Friday, November 13, 2009

November 4 and 13, 2009: Funky Pies

I've been hearing good things about Sydney's Funky Pies for some time, with murmering that they outshine other vegan pies on the market. For a month or two they were near-mythical objects, with Radical Grocery selling out of a batch in no time and our quest to get some from their World Vegan Day stall also coming up empty. I was beginning to wonder if we'd ever get to try them. And then bam: they're everywhere. The East Brunswick Club added to them to the menu, and Radical Grocery ordered in a massive batch. It was time to try them out.

Rather than forgo Philly cheese steaks or parmas, Cindy and I grabbed a handful from Anikee and took them home to prepare ourselves. We picked up two varieties: the Funky Chunky and the No Wurry Curry, kicking off our pie-tasting with the shitake-based chunky variety.

Awful name aside, this is one impressive pie. Large shitake chunks that have the texture of faux-meat (are they actually some sort of combo of soy protein and mushies? It's hard to imagine getting such meaty chunks just from mushrooms) and the gravy-tastic taste that you expect from a good pie. The pastry is top-notch as well, taking these pies straight to the top of my pie ranking table.

A week or so later and it was time to try our second batch - the No Wurry Curry pies. These are filled with a lentil, chickpea and coconut curry, which is nicely spiced but a tad on the dry side - the impressive pastry needs a more liquidy gravy inside to satisfy my pie cravings.

At $5.95 each to take home and bake, these aren't cheap pies (well above La Panella and Ykillamoocow), but the Funky Chunky pie is well worth the expense, with better pastry and a more delicious filling than any of the other options. The curry pie was a bit of a letdown in comparison, but I've heard good things about the Spicy Thai Pie so we won't settle on just the one variety just yet.

Radical Grocery is the best place to get them in Melbourne, although their stock tends to get bought up quite quickly. Funky Pies are also now available for $12 with chips and salad at the EBC, for those of you who'd rather someone else prepared your meat-pie fix for you.


  1. Oh, I love a good vegan Pie. I still can't bring myself to eat a pie with meat in it, or even a meat-burger. Years since my vegetarian conversion and I am still taking baby steps.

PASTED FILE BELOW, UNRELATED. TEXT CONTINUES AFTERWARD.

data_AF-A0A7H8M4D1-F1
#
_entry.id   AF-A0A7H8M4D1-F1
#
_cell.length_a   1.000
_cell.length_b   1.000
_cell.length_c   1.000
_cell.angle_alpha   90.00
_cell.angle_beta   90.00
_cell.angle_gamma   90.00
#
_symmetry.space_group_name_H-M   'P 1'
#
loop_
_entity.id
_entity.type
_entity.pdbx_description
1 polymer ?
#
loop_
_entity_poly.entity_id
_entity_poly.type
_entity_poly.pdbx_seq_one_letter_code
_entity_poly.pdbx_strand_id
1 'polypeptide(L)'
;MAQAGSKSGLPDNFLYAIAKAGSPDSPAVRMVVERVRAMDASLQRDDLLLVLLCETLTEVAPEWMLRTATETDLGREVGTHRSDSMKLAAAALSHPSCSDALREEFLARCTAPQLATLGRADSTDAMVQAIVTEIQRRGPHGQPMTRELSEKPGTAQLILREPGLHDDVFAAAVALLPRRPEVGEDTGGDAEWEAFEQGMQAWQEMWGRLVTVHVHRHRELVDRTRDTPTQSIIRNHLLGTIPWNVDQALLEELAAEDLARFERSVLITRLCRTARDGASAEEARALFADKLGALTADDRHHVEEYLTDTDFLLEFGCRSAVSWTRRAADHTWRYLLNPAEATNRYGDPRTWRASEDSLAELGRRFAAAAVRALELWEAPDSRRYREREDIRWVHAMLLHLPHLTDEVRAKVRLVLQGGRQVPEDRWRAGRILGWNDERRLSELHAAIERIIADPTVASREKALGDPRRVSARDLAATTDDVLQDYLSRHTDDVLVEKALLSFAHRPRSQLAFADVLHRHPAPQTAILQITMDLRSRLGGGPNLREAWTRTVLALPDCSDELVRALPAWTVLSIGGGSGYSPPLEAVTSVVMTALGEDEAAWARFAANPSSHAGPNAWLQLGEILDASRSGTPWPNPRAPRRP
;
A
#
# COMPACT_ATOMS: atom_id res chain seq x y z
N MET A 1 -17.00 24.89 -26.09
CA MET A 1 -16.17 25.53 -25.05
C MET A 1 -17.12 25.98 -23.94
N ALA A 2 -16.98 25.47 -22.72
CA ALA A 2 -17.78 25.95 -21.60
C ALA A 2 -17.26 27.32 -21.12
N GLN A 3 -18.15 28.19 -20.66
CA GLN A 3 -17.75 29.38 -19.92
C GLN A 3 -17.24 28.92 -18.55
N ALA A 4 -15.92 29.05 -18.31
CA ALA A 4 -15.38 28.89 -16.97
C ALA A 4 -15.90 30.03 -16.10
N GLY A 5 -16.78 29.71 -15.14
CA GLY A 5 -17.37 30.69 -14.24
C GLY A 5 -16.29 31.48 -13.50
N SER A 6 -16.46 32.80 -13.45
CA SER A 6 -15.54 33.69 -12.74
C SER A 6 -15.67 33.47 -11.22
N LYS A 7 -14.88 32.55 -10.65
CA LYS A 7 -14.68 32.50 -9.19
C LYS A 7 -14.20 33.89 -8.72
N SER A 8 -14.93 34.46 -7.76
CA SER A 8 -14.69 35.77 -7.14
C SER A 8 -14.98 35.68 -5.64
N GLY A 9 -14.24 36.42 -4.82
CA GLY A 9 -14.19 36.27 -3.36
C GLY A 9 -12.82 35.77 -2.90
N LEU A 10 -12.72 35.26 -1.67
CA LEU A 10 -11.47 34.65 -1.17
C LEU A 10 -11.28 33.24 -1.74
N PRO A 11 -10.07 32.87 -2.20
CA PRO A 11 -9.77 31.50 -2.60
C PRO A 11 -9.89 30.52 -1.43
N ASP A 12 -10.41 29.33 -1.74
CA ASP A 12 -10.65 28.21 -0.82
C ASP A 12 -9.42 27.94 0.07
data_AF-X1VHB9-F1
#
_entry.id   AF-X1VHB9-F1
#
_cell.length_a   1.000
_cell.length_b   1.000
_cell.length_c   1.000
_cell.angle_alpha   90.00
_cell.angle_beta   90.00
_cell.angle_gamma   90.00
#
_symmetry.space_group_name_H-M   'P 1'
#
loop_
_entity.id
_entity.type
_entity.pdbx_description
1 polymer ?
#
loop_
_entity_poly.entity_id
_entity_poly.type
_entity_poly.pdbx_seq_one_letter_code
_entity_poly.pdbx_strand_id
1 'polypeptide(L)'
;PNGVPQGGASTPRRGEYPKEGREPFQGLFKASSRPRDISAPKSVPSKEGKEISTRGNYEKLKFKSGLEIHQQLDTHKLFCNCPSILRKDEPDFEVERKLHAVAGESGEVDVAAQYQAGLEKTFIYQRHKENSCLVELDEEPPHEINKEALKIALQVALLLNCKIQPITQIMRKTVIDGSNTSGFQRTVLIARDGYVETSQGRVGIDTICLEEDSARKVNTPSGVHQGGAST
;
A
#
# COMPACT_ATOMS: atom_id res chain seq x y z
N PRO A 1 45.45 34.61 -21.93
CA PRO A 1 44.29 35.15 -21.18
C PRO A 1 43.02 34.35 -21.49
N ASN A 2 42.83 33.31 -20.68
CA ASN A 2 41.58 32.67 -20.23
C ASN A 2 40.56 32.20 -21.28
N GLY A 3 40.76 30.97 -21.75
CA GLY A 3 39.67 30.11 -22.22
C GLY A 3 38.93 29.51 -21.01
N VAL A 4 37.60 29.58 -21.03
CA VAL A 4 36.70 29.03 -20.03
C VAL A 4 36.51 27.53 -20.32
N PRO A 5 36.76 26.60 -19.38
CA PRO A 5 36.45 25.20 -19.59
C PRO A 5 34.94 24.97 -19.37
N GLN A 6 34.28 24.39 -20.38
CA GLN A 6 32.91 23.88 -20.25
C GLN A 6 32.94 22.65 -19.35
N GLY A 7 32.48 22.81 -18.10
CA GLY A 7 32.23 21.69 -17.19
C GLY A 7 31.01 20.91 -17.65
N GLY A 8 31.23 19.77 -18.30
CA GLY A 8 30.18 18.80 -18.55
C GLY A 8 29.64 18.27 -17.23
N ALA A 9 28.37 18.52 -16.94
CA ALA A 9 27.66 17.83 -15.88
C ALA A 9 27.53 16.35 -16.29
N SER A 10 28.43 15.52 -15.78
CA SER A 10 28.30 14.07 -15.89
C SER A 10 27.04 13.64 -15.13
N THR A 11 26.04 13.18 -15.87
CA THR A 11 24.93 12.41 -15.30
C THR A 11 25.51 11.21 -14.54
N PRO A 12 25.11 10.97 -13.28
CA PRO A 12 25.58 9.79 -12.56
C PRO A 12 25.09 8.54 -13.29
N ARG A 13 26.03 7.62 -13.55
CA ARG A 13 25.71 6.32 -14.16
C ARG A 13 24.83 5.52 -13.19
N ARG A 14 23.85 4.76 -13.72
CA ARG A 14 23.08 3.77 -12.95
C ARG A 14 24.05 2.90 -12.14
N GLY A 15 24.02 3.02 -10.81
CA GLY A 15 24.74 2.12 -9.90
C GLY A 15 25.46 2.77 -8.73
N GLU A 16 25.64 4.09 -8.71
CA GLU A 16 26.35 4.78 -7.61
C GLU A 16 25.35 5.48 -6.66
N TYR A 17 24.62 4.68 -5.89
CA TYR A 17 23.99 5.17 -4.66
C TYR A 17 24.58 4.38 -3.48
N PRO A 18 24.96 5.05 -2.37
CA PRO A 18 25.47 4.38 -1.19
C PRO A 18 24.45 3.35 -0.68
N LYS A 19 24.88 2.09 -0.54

I will check it out very soon.

  2. hey are the pies abt 250g each? i looked online at the nutritional info and it says 2 servings of 250g=500g???

  3. Oooh I gotta get me some of those!

    Oh, and I only just saw your comment on my blog about Wed at Grumpy's. Didn't make it last week - was having a civilised (boring?) evening instead. Next Wednesday! And you mean you're the unruly crowd at that table that's kinda in the window?

  4. Jess, these ones have surprisingly good pastry - definitely worth chasing up.

    Hi Anon, I can't confirm as we've thrown out the packaging but my guess would be that the pies weigh closer to 250g each. I couldn't find the nutitional info you were referring to though...?

    Hi Niki - heh, I guess we would be part of that unruly crowd. :-) Michael will be there tonight, but I won't.

  5. Hi, Thanks for your great blog. I reckon the best vegan pies are easily those at Natural Tucker (Nicholson St). Specially the tofu-top one.

  6. Hi Craig! Thanks for the tip - I've heard good things about Natural Tucker's pies but not yet tried one.

  7. hi, i just stumbled into your blog..

    My guess on the faux meat texture from shitake is that they used processed (dried then fried or baked etc) shitake mushroom stems (not the cap). This method was widely used for vegetarian cooking among chinese to produce vegetarian "meat" dishes, such as those containing beef or lamb.

    interesting blog.. keep it up!

  8. Welcome, Anon! Thanks for that info - we're quite familiar with soy- and gluten-based mock meats but weren't aware that mushrooms can be processed in this way too. We like it. :-)